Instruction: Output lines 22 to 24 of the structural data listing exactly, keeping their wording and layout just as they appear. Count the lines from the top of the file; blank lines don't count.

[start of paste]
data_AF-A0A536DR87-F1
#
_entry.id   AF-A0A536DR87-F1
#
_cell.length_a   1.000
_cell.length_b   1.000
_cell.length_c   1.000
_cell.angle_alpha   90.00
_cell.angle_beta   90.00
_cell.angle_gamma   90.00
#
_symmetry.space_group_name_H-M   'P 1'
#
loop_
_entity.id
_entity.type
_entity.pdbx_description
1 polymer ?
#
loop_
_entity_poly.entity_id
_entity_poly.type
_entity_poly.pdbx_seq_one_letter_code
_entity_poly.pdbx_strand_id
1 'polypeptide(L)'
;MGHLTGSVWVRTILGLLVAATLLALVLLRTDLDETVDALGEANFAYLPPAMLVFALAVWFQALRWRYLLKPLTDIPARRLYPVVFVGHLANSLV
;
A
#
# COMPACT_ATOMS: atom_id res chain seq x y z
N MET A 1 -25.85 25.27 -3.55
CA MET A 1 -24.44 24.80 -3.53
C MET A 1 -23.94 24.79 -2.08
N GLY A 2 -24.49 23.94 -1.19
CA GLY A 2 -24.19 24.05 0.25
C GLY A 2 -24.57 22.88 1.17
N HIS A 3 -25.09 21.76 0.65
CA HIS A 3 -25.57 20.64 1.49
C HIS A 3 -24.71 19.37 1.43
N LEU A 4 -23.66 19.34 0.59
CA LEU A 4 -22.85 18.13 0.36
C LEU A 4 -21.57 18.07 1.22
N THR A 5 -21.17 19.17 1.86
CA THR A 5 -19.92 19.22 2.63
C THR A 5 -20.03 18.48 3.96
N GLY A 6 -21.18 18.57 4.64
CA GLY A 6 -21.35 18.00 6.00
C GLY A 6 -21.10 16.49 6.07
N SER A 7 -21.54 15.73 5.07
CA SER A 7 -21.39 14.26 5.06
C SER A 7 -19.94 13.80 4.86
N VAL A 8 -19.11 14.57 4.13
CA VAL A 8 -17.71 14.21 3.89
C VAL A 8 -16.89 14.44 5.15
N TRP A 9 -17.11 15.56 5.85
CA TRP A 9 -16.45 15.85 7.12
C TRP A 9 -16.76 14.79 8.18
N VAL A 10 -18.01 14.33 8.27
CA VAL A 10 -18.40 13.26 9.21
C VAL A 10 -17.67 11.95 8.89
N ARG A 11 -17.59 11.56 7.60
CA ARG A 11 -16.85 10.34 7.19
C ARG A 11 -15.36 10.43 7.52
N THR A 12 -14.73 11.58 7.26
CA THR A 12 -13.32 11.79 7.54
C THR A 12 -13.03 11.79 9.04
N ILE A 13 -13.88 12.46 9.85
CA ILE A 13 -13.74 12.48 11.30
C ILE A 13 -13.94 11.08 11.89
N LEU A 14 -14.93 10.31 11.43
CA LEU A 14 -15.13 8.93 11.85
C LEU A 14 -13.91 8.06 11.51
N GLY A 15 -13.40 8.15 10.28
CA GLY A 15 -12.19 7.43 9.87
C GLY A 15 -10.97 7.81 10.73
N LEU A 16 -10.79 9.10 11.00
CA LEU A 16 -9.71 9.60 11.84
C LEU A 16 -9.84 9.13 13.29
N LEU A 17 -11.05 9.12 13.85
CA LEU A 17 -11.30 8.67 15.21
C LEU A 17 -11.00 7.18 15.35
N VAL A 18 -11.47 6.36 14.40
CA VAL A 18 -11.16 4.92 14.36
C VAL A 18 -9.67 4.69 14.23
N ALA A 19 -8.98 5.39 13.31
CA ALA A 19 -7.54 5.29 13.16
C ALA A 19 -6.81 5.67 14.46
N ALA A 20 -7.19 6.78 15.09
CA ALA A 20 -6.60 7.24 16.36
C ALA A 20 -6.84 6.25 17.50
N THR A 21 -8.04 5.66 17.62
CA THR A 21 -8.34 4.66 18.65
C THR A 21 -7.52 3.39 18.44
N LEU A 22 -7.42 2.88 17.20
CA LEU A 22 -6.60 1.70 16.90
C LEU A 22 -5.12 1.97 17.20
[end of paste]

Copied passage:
_entity_poly.type
_entity_poly.pdbx_seq_one_letter_code
_entity_poly.pdbx_strand_id